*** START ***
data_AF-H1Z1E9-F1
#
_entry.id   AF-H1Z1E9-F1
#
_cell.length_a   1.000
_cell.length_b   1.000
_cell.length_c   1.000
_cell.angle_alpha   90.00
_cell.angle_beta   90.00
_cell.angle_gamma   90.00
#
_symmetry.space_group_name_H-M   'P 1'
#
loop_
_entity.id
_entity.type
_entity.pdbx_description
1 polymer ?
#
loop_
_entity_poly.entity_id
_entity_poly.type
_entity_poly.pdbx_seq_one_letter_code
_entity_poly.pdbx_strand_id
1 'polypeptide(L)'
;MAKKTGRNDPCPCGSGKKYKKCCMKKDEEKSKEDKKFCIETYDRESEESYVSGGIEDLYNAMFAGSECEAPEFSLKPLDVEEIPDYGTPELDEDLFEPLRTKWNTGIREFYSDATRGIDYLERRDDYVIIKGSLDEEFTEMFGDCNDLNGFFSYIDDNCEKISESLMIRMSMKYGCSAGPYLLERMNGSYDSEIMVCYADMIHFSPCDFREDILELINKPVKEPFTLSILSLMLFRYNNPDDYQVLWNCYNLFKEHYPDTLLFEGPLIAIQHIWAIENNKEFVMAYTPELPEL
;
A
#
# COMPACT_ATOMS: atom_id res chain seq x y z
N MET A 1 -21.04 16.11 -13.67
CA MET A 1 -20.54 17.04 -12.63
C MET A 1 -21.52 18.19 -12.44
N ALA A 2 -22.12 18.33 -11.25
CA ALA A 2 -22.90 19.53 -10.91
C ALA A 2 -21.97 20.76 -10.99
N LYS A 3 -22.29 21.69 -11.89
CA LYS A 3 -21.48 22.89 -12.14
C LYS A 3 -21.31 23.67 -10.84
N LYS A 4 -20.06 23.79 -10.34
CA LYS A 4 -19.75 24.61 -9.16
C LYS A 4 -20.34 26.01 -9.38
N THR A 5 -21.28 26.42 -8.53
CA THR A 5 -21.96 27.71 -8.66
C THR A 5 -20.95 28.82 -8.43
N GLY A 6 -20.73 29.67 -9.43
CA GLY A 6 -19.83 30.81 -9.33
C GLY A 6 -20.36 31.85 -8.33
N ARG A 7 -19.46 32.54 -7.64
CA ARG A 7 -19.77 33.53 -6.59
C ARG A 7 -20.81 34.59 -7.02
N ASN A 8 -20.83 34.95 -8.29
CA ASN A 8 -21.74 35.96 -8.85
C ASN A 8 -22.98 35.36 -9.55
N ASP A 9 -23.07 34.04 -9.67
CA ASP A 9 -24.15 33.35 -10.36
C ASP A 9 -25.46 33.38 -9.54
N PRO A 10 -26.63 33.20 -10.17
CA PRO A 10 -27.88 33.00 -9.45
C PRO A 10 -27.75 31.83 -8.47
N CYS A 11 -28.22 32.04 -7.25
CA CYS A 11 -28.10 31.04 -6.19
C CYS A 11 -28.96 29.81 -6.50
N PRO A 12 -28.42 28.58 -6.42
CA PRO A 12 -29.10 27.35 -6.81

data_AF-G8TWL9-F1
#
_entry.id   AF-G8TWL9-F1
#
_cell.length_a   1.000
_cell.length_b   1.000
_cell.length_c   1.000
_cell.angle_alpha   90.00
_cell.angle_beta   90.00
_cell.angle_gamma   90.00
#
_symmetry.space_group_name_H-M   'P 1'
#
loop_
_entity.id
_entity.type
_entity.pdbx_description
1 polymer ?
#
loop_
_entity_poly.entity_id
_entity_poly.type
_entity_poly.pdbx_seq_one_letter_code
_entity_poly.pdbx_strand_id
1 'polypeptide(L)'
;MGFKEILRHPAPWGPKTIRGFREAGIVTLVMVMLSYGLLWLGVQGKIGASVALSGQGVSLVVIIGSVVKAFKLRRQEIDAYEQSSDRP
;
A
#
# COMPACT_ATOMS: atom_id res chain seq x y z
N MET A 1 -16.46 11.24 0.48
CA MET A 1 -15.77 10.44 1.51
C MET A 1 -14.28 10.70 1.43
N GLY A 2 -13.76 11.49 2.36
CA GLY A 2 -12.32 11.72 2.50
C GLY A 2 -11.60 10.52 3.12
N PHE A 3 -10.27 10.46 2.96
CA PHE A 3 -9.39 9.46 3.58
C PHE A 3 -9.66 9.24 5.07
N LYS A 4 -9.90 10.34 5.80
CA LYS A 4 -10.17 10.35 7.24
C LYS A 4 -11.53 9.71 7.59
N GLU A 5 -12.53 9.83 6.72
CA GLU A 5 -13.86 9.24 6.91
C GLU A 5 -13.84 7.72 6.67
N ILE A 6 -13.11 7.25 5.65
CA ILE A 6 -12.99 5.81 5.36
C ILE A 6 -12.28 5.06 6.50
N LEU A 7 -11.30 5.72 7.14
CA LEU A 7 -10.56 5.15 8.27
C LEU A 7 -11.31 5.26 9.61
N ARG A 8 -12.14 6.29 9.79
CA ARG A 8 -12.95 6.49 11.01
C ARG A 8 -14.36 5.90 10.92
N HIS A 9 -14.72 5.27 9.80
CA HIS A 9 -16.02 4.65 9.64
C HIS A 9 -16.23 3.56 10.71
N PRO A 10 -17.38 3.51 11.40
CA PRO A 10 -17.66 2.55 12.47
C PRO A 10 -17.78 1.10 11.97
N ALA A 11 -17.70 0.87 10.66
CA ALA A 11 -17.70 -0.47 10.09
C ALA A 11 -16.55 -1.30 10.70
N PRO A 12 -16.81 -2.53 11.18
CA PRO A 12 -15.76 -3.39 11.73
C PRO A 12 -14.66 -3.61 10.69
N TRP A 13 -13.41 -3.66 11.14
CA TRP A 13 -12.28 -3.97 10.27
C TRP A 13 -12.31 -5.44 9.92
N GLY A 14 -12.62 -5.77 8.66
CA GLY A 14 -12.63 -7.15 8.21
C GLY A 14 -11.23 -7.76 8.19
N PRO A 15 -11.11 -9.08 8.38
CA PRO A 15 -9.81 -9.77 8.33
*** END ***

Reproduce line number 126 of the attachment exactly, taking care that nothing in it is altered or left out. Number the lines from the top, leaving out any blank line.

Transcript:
N ALA A 11 -17.70 0.87 10.66